(1848–1913). German architect and engineer. He is best-known for his advocacy of a revival of Bavarian vernacular architecture (e.g. timber Alpine buildings, or ‘Swiss cottages’). He made many designs for Das deutsche Zimmer der Renaissance (1880), edited by Georg Hirth (1841–1916), which popularized interiors that drew on German vernacular and Renaissance exemplars. He designed the sumptuous Villa Lenbach (1887–9), the Künstlerhaus (1893–1900—largely destroyed 1945, rebuilt 1961), the Romanesque Revival Church of St Anne (1887–92—restored after war damage), the Nationalmuseum (1897–9), and the Deutsches Museum (1906–25—an early building in which reinforced concrete was used for the structure, completed by his brother Emanuel (1856–1919)), all in Munich, the Classical Neues Rathaus, Bremen (1909–12), and many other works. He influenced Theodor Fischer and Schumacher, and his ‘Bavarian style’ used in domestic architecture continued well into C20: excellent examples were Emanuel von Seidl's Brey Landhaus, Murnau, and the Landhaus (or villa) for Richard Strauss (1864–1949), Garmisch-Partenkirchen (both completed before 1910). The Strauss villa (where the composer spent the rest of his life) was said to have been built on the proceeds of the opera Salome (first given in Dresden, 1905).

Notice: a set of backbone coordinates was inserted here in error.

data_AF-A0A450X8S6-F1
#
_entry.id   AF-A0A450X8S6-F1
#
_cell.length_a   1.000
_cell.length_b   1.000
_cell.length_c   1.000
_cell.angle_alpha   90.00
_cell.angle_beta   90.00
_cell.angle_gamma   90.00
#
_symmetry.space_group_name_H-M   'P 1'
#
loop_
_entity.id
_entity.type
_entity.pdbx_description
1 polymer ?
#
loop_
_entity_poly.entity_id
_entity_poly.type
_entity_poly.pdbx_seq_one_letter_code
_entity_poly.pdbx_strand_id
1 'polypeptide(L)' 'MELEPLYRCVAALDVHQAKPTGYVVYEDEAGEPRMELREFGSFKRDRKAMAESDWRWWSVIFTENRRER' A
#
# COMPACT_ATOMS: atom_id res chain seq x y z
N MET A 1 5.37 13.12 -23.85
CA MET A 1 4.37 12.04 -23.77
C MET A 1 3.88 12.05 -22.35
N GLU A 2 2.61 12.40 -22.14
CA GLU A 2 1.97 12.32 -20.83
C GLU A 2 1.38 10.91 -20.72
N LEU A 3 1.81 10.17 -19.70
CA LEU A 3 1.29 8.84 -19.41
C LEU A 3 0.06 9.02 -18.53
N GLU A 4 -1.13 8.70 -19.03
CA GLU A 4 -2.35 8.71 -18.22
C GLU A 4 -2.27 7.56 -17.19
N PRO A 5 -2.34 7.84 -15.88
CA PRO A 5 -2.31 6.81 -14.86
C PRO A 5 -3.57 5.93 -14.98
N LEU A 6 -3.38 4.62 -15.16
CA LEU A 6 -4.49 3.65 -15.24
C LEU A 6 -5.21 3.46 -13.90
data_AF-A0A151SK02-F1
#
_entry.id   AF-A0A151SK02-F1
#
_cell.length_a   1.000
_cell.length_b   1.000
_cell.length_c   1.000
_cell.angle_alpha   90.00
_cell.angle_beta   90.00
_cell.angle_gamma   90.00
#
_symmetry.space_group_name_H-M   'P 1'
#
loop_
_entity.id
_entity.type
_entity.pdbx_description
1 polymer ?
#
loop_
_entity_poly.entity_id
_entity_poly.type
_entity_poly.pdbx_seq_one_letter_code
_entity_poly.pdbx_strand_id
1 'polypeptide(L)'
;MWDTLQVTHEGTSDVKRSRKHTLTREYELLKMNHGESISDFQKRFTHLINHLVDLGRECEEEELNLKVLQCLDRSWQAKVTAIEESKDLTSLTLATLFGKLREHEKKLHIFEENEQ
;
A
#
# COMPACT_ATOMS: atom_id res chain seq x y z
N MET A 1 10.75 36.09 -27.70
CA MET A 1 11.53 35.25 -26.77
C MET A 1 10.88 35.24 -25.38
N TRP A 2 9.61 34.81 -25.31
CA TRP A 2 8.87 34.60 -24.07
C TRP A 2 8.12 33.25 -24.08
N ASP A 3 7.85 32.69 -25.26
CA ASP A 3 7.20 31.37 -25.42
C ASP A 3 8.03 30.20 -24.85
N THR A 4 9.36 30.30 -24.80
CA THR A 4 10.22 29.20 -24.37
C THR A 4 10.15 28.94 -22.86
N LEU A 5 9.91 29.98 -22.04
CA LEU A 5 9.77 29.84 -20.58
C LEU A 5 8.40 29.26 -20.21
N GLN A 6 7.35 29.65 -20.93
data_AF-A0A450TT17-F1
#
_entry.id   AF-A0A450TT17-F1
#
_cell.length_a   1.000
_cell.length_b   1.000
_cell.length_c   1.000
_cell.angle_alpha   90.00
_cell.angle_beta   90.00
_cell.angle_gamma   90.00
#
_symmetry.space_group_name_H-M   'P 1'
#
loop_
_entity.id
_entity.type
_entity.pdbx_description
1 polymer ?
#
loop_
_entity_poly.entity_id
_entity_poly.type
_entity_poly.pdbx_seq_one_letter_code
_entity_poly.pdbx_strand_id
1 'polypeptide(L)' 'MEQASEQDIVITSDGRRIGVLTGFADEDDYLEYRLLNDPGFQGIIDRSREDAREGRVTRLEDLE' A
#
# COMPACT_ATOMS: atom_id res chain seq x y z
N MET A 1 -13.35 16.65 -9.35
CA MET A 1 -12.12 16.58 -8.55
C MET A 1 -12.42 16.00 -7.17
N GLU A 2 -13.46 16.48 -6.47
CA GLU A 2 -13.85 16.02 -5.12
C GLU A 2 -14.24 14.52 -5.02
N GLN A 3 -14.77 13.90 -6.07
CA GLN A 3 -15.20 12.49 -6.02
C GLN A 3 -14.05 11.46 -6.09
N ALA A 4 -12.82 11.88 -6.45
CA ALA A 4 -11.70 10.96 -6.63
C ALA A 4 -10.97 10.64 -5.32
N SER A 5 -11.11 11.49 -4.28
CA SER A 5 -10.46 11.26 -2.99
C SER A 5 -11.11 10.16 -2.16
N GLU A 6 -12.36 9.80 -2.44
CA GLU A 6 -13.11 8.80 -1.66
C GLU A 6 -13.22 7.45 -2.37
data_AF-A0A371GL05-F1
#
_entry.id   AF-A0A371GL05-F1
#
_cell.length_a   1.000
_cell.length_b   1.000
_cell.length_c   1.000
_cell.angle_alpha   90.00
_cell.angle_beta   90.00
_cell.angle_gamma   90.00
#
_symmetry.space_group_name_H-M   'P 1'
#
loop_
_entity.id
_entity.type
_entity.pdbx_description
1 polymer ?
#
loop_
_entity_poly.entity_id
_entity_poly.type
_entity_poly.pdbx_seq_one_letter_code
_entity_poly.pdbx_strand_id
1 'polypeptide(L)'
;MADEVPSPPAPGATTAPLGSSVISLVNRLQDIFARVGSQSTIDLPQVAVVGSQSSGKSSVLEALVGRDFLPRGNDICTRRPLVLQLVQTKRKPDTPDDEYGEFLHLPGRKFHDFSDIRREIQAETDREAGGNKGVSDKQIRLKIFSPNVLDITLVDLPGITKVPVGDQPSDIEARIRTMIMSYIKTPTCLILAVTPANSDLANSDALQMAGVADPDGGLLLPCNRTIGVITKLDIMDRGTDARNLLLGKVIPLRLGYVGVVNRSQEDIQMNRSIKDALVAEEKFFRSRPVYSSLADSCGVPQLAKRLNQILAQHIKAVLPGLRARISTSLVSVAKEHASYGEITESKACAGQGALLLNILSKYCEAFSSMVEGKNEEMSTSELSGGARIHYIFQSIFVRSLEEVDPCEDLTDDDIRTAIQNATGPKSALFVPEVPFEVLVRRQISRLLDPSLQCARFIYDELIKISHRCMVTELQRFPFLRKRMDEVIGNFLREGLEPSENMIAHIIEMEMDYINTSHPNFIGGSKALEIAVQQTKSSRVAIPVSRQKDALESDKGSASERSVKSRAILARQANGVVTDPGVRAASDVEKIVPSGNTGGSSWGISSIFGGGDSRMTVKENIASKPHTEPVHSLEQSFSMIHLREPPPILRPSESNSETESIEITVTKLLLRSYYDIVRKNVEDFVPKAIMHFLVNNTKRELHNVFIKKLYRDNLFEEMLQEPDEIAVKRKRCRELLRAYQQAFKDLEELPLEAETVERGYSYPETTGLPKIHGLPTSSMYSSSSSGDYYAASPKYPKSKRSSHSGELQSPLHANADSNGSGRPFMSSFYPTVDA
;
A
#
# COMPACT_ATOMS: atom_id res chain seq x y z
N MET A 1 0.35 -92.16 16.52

From A Dictionary of Architecture and Landscape Architecture in Oxford Reference.